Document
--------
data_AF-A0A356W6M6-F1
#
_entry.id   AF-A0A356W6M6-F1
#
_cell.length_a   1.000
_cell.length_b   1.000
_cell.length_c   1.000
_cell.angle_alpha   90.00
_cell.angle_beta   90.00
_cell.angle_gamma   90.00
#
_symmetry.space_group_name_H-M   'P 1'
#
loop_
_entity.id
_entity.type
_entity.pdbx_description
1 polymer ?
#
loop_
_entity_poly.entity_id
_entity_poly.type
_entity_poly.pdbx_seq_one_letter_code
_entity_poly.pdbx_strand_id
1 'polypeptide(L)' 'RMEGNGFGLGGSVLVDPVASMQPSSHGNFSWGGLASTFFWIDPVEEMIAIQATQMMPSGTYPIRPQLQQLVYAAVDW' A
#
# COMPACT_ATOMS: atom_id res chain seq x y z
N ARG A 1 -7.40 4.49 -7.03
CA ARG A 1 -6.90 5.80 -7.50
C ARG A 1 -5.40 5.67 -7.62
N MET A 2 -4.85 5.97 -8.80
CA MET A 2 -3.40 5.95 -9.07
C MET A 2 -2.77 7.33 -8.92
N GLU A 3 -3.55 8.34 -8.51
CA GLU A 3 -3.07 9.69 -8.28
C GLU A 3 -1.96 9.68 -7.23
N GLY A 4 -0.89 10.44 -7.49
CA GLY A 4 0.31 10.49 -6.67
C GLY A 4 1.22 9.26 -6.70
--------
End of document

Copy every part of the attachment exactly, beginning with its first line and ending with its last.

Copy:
data_AF-A0A356W6M6-F1
#
_entry.id   AF-A0A356W6M6-F1
#
_cell.length_a   1.000
_cell.length_b   1.000
_cell.length_c   1.000
_cell.angle_alpha   90.00
_cell.angle_beta   90.00
_cell.angle_gamma   90.00
#
_symmetry.space_group_name_H-M   'P 1'
#
loop_
_entity.id
_entity.type
_entity.pdbx_description
1 polymer ?
#
loop_
_entity_poly.entity_id
_entity_poly.type
_entity_poly.pdbx_seq_one_letter_code
_entity_poly.pdbx_strand_id
1 'polypeptide(L)' 'RMEGNGFGLGGSVLVDPVASMQPSSHGNFSWGGLASTFFWIDPVEEMIAIQATQMMPSGTYPIRPQLQQLVYAAVDW' A
#
# COMPACT_ATOMS: atom_id res chain seq x y z
N ARG A 1 -7.40 4.49 -7.03
CA ARG A 1 -6.90 5.80 -7.50
C ARG A 1 -5.40 5.67 -7.62
N MET A 2 -4.85 5.97 -8.80
CA MET A 2 -3.40 5.95 -9.07
C MET A 2 -2.77 7.33 -8.92
N GLU A 3 -3.55 8.34 -8.51
CA GLU A 3 -3.07 9.69 -8.28
C GLU A 3 -1.96 9.68 -7.23
N GLY A 4 -0.89 10.44 -7.49
CA GLY A 4 0.31 10.49 -6.67
C GLY A 4 1.22 9.26 -6.70